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Join us for Our 2014-2015 Workshop Series: Oral History, Medicine, and Health

Fall 2014 Oral History Workshop Series: Oral History, Medicine, and Health

This academic year in our public workshop series, in partnership with the Program in Narrative Medicine, the Oral History MA Program at Columbia University will be exploring the intersections of oral history, health and medicine. As public health professionals experiment with using oral history to access new realms of knowledge about health and social life, practitioners of narrative medicine deploy oral history to engage with patients, and oral historians partner with people with disabilities, dementia, and mental illness to record and amplify their stories, the time is right for an in-depth multidisciplinary engagement of the productive areas where these fields meet.

Full schedule and descriptions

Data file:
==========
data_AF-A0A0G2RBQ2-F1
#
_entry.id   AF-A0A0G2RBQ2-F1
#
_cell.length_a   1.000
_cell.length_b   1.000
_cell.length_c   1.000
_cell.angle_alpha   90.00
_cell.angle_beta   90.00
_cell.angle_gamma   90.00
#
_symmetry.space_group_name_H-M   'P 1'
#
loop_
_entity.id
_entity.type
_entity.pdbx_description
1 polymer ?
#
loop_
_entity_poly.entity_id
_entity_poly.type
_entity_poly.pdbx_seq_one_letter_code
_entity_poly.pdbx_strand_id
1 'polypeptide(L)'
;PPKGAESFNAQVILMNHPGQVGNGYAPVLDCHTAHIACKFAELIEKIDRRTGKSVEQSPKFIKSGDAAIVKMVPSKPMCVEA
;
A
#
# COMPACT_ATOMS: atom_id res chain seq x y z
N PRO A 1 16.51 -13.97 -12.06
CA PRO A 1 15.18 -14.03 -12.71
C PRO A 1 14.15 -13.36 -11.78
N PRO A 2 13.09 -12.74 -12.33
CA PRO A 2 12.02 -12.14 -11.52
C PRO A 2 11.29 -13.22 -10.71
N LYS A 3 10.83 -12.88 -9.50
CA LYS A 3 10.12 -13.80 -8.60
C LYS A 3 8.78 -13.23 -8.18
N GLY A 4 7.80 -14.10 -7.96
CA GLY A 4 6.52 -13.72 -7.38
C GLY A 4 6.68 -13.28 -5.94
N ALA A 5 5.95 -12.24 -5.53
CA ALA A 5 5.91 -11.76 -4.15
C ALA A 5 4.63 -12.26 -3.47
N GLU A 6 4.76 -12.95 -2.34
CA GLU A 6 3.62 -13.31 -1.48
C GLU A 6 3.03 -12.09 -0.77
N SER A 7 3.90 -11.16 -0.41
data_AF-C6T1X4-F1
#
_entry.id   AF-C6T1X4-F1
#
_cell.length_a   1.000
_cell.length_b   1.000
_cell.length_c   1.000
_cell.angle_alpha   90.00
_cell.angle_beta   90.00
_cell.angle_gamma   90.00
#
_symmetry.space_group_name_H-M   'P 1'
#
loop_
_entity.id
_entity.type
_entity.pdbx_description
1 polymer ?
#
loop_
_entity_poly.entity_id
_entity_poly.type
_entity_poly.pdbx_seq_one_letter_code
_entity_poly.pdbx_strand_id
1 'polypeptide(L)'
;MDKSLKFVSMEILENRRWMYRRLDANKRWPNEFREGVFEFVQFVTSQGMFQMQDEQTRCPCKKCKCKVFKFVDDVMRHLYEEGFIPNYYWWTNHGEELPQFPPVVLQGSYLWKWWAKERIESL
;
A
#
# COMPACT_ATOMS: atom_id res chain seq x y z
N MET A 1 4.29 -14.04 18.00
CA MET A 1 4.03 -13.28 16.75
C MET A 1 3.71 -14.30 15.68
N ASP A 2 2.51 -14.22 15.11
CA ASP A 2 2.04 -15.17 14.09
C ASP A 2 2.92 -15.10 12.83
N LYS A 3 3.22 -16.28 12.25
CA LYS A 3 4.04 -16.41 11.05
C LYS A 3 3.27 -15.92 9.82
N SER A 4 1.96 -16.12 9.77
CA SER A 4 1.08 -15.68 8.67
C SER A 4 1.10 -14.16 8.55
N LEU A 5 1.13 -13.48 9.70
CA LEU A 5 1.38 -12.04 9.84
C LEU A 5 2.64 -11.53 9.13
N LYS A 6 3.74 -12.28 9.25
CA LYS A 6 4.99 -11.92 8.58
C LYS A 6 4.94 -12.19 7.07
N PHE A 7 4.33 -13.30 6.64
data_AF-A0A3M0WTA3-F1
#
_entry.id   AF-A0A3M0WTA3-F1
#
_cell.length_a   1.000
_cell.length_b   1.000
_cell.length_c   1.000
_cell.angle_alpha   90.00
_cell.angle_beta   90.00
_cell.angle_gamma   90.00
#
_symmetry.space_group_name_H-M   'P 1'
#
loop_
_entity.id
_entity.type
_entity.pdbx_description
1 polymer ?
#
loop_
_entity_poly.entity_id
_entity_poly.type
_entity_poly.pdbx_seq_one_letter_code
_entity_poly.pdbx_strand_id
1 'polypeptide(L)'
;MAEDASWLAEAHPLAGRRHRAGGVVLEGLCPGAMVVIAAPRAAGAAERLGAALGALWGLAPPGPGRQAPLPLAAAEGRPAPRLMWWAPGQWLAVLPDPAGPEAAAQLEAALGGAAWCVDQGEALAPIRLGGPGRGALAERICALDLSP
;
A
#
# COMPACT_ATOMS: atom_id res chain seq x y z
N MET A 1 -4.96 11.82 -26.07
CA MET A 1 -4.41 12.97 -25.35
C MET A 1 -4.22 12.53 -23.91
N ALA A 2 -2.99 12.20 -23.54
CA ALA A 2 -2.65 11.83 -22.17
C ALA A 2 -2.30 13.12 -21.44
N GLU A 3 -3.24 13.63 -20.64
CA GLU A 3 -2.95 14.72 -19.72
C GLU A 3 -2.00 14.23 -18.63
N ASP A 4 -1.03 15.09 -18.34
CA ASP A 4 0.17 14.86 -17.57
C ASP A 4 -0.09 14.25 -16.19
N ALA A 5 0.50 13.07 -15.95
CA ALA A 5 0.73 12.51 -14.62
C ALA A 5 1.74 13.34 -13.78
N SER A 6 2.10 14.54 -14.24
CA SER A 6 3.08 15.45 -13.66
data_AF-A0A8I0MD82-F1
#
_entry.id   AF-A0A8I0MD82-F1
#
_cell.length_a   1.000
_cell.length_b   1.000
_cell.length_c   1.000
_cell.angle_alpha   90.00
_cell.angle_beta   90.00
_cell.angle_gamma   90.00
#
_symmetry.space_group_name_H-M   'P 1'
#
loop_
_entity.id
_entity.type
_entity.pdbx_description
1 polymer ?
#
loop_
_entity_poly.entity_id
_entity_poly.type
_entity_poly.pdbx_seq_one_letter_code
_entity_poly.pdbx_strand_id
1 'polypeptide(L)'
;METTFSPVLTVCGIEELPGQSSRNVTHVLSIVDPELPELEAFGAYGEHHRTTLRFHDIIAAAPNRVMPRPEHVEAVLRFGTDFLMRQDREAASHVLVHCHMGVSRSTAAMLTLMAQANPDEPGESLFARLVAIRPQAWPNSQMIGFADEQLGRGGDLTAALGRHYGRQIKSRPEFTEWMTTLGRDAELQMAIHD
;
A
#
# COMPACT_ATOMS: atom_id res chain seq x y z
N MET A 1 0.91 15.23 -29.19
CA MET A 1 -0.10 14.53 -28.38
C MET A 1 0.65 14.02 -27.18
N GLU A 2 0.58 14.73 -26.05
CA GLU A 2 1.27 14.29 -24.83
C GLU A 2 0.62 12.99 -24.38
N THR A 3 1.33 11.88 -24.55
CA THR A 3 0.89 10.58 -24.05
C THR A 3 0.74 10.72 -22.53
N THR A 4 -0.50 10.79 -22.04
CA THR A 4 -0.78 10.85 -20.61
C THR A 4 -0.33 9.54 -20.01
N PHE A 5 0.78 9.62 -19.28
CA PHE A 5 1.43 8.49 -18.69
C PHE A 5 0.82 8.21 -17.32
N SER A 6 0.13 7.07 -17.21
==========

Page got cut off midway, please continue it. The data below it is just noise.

All Events are Free and Open to the Public
Campus Map.

September

Sam Robson. “Oral History Meets Dementia: A Staged Reading of the Play Timothy and Mary.”

Thursday, September 11, 6-8pm, The Faculty House at Columbia University, Seminar Room One.

Luke Gerwe. “Seeking Witness: Voice of Witness and Building an Oral History Network.”

Thursday, September 18, 6-8pm, Room 509, Knox Hall, 606 West 122nd Street, 5th floor.

October

Teiji Okamoto. “A Radical Archive of Be(long)ing.”

Thursday, October 2, 6-8pm, Room 509, Knox Hall, 606 West 122nd Street, 5th floor.

Sayantani DasGupta. “Narrative Humility: Medical Listening and Oral History.”

Thursday, October 16, 6-8pm, Room 509, Knox Hall, 606 West 122nd Street, 5th floor.

November

Brian Purnell. ” Can the Oral Historian Speak?

Thursday, November 6, 6-8pm, Room 509, Knox Hall, 606 West 122nd Street, 5th floor.

Nicki Berger. “Oral History and Intellectual Disability: Navigating Authority, Authorship, and Advocacy.